Guest Blog: Amtrak—another accident waiting to happen?

Written by William C. Vantuono, Editor-in-Chief
image description

Editor’s note: Joe McMahon is a retired Amtrak locomotive engineer. His career in engine service spanned 1963 to 2014, beginning with the New York, New Haven & Hartford and concluding with Amtrak in 2014. McMahon says he “experienced many different forms of railroad management techniques at five railroads, and Amtrak is at the bottom of the list.” Following is his opinion on Amtrak’s hiring and training practices, which he describes as unsafe.

Amtrak is another accident waiting to happen. It is still employing the hit-and-miss, trial-and-error tactics utilized since its inception, accompanied by ineffective managerial practices. Until recently, Amtrak has trundled along, despite its inadequacies, because a veteran workforce was there to “bail them out.” That resource is now dwindling, and it is showing in recent mishaps.

It is time to improve Amtrak’s hiring and training practices. In recent years, major incidents, one with fatalities, have occurred that I believe resulted largely from inadequate hiring and training procedures coupled with poor supervision. Since 2001, and right through to my retirement and beyond, I have implored Amtrak management to review training and hiring practices and use the knowledge and input of its dwindling veteran workforce, but to no avail.

With only two exceptions, I was largely ignored. One high-ranking operating officer patronized me with a visit to Philadelphia with those responsible for the training program. These people very politely nodded their heads in faux concern at my presentation. Sensing their disinterest in what I had to say, I called an end to the meeting, citing that I felt it was an exercise in futility.

I stated repeatedly to all who would listen, and to those who would not, that management has mostly ignored all warning signs of impending disasters. There was an incident in November 2013 of an inexperienced, poorly trained crew wandering six miles in the wrong direction on a foreign railroad. Still, Amtrak did not review its training and qualification procedures.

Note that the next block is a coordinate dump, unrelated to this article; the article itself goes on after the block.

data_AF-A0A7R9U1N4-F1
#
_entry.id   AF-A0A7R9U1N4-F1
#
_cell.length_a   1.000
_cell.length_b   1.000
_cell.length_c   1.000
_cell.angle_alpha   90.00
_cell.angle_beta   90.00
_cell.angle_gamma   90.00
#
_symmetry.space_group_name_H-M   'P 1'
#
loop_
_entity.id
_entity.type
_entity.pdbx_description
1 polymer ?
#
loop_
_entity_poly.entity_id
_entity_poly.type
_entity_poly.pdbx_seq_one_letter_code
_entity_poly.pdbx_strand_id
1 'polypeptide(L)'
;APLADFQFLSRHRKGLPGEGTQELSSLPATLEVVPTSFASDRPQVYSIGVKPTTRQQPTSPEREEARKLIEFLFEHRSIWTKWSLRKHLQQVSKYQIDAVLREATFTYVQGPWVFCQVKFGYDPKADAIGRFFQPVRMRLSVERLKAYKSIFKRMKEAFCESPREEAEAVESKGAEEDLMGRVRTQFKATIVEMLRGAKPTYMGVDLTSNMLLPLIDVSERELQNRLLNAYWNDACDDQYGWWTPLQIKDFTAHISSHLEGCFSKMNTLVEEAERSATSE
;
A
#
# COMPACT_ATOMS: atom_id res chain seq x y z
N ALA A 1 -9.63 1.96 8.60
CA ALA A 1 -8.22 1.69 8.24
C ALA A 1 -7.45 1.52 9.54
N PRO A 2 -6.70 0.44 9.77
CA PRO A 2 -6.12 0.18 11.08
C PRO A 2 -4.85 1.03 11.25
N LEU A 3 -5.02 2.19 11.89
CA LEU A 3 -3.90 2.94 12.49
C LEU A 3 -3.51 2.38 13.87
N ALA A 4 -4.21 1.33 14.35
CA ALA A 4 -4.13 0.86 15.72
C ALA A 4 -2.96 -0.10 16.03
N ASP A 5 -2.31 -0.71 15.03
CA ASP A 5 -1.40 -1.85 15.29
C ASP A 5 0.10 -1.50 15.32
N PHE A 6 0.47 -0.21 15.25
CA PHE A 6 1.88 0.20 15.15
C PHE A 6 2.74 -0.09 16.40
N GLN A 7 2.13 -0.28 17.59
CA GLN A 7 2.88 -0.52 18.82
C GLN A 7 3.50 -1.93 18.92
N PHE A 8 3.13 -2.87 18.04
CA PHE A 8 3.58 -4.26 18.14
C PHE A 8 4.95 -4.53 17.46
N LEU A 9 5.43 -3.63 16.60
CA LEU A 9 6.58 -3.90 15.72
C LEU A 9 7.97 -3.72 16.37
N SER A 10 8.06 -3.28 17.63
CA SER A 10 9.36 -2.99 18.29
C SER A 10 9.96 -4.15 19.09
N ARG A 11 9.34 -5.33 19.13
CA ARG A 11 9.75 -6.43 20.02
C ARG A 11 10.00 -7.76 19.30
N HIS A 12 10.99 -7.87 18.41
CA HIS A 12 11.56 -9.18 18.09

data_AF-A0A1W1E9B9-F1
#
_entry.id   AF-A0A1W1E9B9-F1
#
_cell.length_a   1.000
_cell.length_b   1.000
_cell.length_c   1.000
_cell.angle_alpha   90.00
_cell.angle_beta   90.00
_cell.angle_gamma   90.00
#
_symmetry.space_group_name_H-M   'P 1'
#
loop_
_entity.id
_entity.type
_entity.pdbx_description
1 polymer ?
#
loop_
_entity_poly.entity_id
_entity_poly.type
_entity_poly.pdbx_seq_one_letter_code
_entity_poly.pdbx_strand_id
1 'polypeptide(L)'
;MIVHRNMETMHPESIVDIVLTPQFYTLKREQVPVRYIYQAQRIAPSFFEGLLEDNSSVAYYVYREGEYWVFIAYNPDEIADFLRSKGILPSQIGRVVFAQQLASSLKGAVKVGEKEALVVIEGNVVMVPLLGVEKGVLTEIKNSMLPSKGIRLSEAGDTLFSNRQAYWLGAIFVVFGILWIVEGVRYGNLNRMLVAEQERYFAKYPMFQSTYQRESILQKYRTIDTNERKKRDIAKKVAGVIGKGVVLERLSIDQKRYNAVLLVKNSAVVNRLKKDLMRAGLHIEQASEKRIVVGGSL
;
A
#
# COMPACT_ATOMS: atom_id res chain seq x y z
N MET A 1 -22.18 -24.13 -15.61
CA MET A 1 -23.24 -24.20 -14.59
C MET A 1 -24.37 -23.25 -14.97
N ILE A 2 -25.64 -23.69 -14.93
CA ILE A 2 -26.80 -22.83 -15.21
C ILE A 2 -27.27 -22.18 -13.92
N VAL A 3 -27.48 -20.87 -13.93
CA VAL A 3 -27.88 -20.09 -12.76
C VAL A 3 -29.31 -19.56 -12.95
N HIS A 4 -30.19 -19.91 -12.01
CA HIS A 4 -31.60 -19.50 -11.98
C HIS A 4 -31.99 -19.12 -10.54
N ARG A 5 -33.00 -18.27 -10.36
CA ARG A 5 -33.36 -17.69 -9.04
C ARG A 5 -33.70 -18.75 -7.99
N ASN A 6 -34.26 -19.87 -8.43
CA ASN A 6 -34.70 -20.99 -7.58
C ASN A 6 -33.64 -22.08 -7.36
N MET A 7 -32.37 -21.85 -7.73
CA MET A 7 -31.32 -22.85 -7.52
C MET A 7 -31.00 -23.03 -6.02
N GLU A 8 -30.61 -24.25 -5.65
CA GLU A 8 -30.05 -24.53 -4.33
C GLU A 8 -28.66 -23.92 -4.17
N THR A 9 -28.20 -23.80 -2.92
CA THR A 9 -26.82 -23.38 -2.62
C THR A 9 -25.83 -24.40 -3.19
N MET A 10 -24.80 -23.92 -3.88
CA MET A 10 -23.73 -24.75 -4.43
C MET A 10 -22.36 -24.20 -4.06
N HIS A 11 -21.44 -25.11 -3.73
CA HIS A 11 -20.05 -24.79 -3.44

Then came Frankford Junction. I try to refrain from telling anyone “I told you so,” but after the Frankford Junction wreck, I felt that it was appropriate to do so in an effort to drive home the fact that Amtrak’s training and hiring programs are failures, even dangerous.

Here’s another example: On my former home division, there was a stop signal violation. The individual involved had a dismal work record in his three-year career as an engineer. It was his second stop signal violation in 13 months. There were other incidents: A forgotten passenger station stop. Overshooting other stops due to misjudgment. Running through a derail on a track belonging to another railroad. Many other miscues were overlooked. Where was supervision?

Amtrak has the unknowing teaching the unknowing. If one were to check the background of many instructors, one would find they have minimal experience. All the technology in place—Positive Train Control, cab signal, etc.—is not a substitute for proper training and experience. If those systems fail—and they do—90% of the present operating workforce, including supervision, would not know how to operate.

I stand behind all I have stated, and can prove or qualify all of it. Fellow veteran railroaders support me. Hopefully, this missive will find its way to Amtrak managers who are willing to take action, so an oversight committee of experienced operations employees can be established to set proper, effective hiring and training guidelines and practices.

—Joe McMahon

Tags: ,